‘Anyone here called Kupp?’ Too soft. She raises her voice. ‘Is there a Mikael Kupp here?’
She holds up the passport and checks behind; a wall of blank faces; no response. Turns back to find the man in front of her patting his jacket pockets.
‘I’m Kupp. I think that’s mine.’ A big man with shaved head and an accent, which she thinks might be Polish or Romanian. He’s wearing a leather jacket over a white t-shirt and her tongue catches a tang of his heat.
‘Are you Michael Kupp?’
‘Yes, but most people call me MT.’ He smiles and stretches his hand towards her.
Katherine takes half a step back and blinks at what is more of a snarl than a smile. Thins lips are drawn tightly back against a mouth that shocks with black voids and flashes of gold. She’s surprised to find that she’s clutching the passport to her chest, passes it to him and snatches her hand back. Too quickly. She thinks her gesture must appear rude.
‘Oh, er, Kupp, that’s a strange name. Is it Turkish or…’
‘It is Hungarian, madam. A thousand thanks for finding my passport.’ He tilts his head to one side. ‘Are you an English lady? You look very fine and gracious.’
Katherine is confused by this unwanted compliment. She doesn’t wish to continue this conversation and would rather put some distance from this man. But politeness demands a response.
‘Yes I am. My name is Katherine and I’m a pianist. I’ve been in Istanbul mentoring a group of piano teachers.’
‘How lovely.’ He smiles again. Katherine shivers and utters an involuntary ‘Uhh,’ sound.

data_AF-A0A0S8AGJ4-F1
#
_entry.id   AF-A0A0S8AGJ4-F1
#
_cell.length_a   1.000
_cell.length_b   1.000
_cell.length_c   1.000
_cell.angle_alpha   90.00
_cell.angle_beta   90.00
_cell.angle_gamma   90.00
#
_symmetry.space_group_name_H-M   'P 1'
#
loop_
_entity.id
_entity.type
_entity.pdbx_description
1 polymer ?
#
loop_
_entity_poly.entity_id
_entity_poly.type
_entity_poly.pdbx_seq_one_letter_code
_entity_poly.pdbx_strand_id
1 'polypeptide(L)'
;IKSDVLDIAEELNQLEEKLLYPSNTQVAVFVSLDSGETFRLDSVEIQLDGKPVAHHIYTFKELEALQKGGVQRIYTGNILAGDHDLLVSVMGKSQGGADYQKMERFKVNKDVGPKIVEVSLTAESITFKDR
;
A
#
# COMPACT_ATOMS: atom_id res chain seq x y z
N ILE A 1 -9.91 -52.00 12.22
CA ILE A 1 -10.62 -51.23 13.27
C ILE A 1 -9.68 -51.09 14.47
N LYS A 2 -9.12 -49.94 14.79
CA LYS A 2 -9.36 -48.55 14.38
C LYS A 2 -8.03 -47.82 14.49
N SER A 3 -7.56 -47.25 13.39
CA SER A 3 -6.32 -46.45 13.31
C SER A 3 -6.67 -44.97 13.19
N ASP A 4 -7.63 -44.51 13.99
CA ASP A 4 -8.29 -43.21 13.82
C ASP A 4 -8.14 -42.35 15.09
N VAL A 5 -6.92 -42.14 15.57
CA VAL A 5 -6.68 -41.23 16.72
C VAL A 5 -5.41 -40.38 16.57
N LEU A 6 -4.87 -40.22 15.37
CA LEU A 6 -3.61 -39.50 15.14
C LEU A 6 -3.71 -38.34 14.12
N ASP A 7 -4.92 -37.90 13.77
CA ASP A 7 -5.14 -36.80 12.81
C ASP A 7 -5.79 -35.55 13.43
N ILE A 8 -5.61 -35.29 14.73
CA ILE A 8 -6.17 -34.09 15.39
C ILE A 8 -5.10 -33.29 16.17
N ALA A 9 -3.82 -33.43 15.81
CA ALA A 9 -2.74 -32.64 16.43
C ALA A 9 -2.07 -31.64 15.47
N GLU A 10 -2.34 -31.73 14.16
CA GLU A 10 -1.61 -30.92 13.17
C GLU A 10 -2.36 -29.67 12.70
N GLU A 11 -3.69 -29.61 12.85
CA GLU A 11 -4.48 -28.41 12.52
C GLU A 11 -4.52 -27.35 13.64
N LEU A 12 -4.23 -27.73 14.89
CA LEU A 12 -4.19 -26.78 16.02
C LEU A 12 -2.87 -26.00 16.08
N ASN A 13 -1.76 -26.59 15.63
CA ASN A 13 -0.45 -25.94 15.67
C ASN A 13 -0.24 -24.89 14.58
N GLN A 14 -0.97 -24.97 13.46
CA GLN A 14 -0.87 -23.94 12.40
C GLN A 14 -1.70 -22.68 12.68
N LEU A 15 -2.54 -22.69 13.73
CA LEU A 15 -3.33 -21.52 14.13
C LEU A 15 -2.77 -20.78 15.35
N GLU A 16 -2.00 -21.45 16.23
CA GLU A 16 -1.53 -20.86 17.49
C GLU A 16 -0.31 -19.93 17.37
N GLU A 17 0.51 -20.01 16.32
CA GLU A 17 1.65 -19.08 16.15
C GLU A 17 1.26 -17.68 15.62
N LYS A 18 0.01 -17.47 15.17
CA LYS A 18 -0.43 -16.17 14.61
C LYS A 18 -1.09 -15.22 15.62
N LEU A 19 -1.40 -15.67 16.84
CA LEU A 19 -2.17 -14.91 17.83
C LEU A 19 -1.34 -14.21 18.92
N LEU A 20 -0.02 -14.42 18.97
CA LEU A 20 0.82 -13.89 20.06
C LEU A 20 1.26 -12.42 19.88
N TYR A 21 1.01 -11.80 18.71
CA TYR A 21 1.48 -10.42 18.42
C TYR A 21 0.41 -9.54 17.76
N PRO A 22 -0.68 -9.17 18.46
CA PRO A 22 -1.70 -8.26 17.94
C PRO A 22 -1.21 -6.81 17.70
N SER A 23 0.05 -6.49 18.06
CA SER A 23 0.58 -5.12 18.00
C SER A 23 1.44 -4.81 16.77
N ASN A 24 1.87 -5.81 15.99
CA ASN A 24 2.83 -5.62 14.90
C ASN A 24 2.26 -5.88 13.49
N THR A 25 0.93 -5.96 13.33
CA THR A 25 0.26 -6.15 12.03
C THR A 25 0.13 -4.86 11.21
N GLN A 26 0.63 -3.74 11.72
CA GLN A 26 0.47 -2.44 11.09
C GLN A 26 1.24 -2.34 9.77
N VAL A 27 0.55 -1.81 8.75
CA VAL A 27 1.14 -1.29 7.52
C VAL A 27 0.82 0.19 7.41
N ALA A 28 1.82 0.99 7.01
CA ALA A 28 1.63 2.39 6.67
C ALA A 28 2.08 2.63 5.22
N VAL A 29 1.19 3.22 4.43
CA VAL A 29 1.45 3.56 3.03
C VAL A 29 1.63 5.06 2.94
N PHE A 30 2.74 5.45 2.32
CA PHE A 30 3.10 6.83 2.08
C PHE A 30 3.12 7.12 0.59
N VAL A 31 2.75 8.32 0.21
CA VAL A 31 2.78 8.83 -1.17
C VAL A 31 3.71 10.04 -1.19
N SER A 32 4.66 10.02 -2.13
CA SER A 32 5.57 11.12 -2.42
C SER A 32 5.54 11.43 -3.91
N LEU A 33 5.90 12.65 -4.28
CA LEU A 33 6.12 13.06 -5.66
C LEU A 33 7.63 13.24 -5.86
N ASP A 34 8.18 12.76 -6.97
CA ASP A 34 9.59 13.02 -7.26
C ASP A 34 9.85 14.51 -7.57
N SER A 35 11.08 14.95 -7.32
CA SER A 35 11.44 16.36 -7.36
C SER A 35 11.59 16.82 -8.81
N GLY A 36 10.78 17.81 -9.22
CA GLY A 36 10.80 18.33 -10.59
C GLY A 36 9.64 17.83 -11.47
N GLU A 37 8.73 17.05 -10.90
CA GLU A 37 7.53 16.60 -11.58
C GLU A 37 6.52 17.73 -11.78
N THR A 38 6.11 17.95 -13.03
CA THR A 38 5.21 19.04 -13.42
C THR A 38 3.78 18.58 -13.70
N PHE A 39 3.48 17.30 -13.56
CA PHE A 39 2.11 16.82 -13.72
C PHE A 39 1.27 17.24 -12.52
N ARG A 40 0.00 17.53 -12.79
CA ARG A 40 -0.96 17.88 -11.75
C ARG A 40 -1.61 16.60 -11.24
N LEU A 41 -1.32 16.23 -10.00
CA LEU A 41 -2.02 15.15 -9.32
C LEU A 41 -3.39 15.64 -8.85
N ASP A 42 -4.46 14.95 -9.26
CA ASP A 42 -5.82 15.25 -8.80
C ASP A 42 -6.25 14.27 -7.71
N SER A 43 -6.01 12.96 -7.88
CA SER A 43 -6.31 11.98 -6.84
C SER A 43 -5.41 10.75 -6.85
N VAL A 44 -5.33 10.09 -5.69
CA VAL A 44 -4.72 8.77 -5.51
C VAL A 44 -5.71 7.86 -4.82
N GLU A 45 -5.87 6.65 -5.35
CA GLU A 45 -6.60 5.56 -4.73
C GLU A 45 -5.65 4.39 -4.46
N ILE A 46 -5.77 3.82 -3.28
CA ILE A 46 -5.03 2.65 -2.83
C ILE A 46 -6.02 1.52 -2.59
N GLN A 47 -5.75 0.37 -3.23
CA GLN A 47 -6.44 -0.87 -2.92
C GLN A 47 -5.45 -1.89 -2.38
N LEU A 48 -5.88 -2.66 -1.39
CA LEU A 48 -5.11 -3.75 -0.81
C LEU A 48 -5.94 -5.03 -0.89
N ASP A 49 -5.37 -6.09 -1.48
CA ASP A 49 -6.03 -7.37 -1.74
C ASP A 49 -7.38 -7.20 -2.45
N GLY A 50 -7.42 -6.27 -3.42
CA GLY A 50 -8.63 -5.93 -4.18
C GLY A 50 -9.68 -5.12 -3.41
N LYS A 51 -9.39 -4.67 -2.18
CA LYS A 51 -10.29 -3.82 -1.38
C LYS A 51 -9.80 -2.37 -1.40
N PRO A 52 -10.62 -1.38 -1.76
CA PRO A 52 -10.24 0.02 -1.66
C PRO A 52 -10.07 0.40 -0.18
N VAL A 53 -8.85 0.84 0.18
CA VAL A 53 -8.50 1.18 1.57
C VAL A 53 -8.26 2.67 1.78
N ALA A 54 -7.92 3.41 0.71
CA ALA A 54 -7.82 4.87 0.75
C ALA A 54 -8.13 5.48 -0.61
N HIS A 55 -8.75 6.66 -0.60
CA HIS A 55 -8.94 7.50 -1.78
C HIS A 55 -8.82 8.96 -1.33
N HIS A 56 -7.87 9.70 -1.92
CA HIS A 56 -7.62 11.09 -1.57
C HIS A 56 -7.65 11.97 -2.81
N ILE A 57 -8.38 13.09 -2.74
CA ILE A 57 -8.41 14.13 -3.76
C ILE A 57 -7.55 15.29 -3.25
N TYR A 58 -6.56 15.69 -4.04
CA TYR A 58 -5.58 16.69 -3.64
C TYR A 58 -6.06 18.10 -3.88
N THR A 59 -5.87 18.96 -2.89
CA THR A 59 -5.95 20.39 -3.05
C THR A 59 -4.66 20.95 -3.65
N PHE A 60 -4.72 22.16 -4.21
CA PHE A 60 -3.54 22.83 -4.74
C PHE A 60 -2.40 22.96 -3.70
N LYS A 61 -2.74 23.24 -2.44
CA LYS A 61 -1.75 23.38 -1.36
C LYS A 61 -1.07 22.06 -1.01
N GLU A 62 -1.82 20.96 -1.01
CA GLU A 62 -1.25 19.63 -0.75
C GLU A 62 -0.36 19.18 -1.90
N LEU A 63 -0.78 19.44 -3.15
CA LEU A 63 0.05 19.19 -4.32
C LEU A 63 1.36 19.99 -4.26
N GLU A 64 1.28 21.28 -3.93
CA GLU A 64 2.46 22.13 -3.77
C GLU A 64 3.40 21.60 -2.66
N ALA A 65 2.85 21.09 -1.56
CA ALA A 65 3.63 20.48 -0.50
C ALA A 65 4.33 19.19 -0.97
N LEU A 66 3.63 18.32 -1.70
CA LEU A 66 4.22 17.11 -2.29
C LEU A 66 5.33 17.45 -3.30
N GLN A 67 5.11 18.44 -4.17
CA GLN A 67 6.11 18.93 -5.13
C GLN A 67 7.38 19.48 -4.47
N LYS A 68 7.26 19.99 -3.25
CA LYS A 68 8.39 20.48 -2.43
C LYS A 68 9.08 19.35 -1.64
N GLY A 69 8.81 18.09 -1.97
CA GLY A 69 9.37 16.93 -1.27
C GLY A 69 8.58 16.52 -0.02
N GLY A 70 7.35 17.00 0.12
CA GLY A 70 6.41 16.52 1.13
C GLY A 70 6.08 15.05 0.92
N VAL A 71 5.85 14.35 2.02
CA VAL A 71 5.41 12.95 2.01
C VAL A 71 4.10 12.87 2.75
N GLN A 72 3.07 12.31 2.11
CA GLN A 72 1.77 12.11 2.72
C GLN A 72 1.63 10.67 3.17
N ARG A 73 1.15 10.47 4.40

She says, ‘And what do you do, Mr Kupp?’
‘Please lady, call me MT. I am a sales person for selling high class spectacle frames. A very fine business with many English customers.’
She forces a smile of acknowledgement. The queue shambles forward again. Katherine leans to her side, peers ahead and is thankful to see that the gate is open. They are ready to board the plane.
‘Please lady – Mrs Katherine – allow me to carry your bag.’
She wants to refuse, but is too late. He has picked up her cabin bag and has gestured for her to lead the way. When she passes, he removes his jacket and places it over her bag. He reaches down the front of his trousers and with a series of deft movements he removes two soft packages, larger than his hand and stuffs them deep inside the bag. Katherine glances behind, too late to notice the violation of her travel goods, and receives a nod of reassurance from MT.
Another delay, and the line halts at the last doorway before the wide sweep of tarmac leading to the waiting aeroplane. MT removes a mobile phone from his pocket and types a message. The message is in Serbo-Croat and a translation into English reads ‘Woman, English, age about 60, short grey hair, white shirt, green skirt, blue bag.’
At last the doors open and the short trek towards the boarding stairs begins. Katherine turns again to check her bag and offers a limp sign of appreciation to the carrier. She climbs the steps, presents her pass and disappears into the cabin. MT Kupp boards behind her.